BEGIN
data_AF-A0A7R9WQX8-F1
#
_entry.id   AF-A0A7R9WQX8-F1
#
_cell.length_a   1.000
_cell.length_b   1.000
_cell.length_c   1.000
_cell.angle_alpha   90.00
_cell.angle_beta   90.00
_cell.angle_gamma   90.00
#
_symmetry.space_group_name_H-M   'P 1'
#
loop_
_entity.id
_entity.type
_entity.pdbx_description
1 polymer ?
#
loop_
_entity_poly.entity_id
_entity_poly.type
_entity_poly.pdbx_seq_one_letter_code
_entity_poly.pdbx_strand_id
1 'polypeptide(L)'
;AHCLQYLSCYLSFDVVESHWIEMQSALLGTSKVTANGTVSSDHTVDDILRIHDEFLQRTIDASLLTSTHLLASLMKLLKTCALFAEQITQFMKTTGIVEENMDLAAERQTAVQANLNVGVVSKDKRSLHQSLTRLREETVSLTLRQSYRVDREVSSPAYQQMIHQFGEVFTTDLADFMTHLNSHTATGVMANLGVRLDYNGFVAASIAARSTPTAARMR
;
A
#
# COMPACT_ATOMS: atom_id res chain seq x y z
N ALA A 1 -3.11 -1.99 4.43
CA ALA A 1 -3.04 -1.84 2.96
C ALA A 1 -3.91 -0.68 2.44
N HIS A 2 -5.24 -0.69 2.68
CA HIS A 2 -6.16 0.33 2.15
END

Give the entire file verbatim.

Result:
data_AF-A0A7R9WQX8-F1
#
_entry.id   AF-A0A7R9WQX8-F1
#
_cell.length_a   1.000
_cell.length_b   1.000
_cell.length_c   1.000
_cell.angle_alpha   90.00
_cell.angle_beta   90.00
_cell.angle_gamma   90.00
#
_symmetry.space_group_name_H-M   'P 1'
#
loop_
_entity.id
_entity.type
_entity.pdbx_description
1 polymer ?
#
loop_
_entity_poly.entity_id
_entity_poly.type
_entity_poly.pdbx_seq_one_letter_code
_entity_poly.pdbx_strand_id
1 'polypeptide(L)'
;AHCLQYLSCYLSFDVVESHWIEMQSALLGTSKVTANGTVSSDHTVDDILRIHDEFLQRTIDASLLTSTHLLASLMKLLKTCALFAEQITQFMKTTGIVEENMDLAAERQTAVQANLNVGVVSKDKRSLHQSLTRLREETVSLTLRQSYRVDREVSSPAYQQMIHQFGEVFTTDLADFMTHLNSHTATGVMANLGVRLDYNGFVAASIAARSTPTAARMR
;
A
#
# COMPACT_ATOMS: atom_id res chain seq x y z
N ALA A 1 -3.11 -1.99 4.43
CA ALA A 1 -3.04 -1.84 2.96
C ALA A 1 -3.91 -0.68 2.44
N HIS A 2 -5.24 -0.69 2.68
CA HIS A 2 -6.16 0.33 2.15